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Framing a question

Let me explain the scenario.

Say you have 'n' number of siblings (brothers/sisters) in your family,i.e your parents have n+1 children.A random person wants to know whether you are the 1st child or 2nd child or..so on,without knowing apriori the value (n+1).Is it possible to frame a question for this?This has puzzled me for long because it is possible in many Indian languages to frame one which would prompt a response like this: "I am the 3rd child of my parents"

Note:english.se warns me that "The question you're asking appears subjective and is likely to be closed."But asking it anyway :)

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marked as duplicate by chaos, Robusto, RegDwigнt Mar 4 '11 at 18:09

This question has been asked before and already has an answer. If those answers do not fully address your question, please ask a new question.

    
@chaos:Thanks! Just what I was looking for.Maybe I should delete my post. –  itisravi Mar 4 '11 at 17:24
    
Deleted would mean "does not belong on this site". This question clearly does belong, it's just that it's been answered already. So it should be closed, but not deleted, as that helps prevent dupes from being posted in the future. See this meta post for further details. –  RegDwigнt Mar 4 '11 at 18:14
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3 Answers 3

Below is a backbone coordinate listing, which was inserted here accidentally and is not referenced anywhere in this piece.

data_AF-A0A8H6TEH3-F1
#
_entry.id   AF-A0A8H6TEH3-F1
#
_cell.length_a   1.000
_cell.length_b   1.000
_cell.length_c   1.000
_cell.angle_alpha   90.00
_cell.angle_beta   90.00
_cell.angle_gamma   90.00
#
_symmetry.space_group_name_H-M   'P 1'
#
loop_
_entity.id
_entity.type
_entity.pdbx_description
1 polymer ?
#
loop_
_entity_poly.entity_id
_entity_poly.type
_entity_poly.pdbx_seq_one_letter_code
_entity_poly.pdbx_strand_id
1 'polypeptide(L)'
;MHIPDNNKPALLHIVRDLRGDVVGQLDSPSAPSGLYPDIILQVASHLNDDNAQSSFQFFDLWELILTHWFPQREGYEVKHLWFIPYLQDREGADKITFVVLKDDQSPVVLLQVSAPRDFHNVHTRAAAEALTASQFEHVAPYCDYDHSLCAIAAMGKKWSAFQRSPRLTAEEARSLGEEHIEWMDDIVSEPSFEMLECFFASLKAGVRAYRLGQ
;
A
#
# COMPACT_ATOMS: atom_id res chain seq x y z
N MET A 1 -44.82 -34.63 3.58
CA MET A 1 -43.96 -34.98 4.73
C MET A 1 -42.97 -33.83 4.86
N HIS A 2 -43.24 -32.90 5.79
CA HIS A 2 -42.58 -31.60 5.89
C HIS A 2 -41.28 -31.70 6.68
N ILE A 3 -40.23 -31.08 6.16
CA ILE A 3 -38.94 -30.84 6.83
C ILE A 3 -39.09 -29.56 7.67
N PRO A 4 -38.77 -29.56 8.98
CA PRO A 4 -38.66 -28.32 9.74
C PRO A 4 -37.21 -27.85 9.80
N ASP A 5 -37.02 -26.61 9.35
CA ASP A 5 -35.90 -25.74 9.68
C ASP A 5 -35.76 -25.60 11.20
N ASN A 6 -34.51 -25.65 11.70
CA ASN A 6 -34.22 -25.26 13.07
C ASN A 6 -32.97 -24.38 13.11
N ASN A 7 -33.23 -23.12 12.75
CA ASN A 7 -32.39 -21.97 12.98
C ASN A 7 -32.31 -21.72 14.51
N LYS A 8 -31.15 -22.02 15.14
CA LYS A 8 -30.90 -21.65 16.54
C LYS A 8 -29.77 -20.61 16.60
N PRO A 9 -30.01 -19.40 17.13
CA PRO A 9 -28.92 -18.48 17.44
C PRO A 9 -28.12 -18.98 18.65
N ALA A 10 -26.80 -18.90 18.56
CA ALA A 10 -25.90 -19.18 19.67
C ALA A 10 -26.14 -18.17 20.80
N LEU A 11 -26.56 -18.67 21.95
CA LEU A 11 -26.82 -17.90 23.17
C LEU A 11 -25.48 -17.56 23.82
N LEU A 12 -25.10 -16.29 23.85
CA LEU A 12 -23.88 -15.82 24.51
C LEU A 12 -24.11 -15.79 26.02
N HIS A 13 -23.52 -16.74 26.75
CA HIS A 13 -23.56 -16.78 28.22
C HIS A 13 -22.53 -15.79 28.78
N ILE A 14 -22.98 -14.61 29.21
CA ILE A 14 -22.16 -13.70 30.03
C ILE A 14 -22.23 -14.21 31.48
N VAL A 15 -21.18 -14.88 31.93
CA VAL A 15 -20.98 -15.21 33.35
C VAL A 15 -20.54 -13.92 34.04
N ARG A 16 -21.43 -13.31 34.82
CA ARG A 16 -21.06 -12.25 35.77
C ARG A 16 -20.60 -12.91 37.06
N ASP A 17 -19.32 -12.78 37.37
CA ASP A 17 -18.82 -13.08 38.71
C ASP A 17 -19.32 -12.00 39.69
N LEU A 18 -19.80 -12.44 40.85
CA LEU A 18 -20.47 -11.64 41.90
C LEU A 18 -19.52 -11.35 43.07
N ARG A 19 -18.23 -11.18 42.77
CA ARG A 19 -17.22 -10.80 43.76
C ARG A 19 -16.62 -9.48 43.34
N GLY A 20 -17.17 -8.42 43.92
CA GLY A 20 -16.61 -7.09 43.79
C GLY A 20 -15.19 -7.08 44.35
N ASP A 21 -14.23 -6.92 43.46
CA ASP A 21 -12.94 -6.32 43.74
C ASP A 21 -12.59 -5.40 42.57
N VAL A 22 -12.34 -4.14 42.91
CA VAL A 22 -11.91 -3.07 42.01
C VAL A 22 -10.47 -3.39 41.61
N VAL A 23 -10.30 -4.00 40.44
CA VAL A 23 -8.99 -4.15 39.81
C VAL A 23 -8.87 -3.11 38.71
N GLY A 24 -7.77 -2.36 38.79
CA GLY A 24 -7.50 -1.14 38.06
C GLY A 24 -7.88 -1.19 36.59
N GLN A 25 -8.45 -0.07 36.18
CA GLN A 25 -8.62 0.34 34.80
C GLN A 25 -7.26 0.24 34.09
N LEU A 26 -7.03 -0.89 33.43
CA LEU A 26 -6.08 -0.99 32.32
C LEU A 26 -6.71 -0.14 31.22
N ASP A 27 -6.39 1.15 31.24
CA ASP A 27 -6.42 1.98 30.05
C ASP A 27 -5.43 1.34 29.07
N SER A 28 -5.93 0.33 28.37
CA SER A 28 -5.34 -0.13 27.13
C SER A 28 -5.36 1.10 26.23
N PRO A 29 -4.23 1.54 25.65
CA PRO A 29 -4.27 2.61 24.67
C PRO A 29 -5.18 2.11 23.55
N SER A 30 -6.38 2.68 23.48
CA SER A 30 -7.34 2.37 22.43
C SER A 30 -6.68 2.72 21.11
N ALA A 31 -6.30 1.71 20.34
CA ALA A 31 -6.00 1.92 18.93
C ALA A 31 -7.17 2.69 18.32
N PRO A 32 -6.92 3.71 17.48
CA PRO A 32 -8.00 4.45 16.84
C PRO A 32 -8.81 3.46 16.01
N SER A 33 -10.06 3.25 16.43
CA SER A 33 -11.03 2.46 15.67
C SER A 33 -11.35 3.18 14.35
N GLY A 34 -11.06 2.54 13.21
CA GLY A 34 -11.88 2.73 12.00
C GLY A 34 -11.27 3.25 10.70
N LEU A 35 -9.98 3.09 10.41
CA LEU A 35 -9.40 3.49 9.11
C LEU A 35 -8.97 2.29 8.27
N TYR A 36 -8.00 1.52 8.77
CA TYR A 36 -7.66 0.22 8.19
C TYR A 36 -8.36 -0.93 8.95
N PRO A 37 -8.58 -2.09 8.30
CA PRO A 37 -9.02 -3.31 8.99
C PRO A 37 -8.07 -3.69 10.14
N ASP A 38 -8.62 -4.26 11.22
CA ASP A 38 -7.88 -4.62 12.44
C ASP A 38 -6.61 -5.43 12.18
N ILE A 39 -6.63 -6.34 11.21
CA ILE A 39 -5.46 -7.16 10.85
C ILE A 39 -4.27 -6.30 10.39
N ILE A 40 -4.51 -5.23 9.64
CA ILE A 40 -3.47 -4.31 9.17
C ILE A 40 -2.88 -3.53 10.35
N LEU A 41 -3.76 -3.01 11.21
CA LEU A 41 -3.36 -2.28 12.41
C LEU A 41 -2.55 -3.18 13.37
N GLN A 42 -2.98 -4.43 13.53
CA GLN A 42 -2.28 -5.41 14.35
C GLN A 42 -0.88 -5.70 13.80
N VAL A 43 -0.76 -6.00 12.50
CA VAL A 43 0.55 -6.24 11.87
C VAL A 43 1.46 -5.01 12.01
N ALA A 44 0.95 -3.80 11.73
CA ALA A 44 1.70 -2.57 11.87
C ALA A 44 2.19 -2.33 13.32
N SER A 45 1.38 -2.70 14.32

Interesting - I can think of several ways actually, but they would all be considered somewhat rude or brusk.

Where are you in your sibling hiearchy or what number child were you

A bit more vauge, but likely to trigger the wanted answer - Are you the number 1/youngest/oldest child ?

I think it is more a cultural thing - it feels like it demeans either your position or your siblings to reduce them to a number. Also the anglo-european background tends to go 'First Born' - everyone else.

I think it's a neat question actually.

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Hmm, as a native english speaker, I think that normally you'd ask a question along the lines of "Are you the oldest of your siblings?" or "Are you the middle child?" or "Are you the youngest of your siblings?"

Even if a stranger may not know, the only way to propose a question which would give the intended results would be to guess. Presumably, you wouldn't simply say "no" without also explaining your position.

If there are only three children, you can respond with "Yes/No, I am the oldest" "Yes/No, I am the middle child" or "Yes/No, I am the youngest." If you have more than two siblings, it begins to get more complicated. In that case, you'd simply have to say "I am the nth child of my parents." Technically, you can say that even when you have one sibling, though it sounds terrible and it's usually avoided if possible for this reason.

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There's no concise way that I can think of to ask this in English without presupposing a position, such as "Are you the oldest child?" But you could ask something like "in what position of the birth order of your siblings are you?" (Although you may very well have to follow that up with "first-born, second child, ...?" in order to further clarify the question.)

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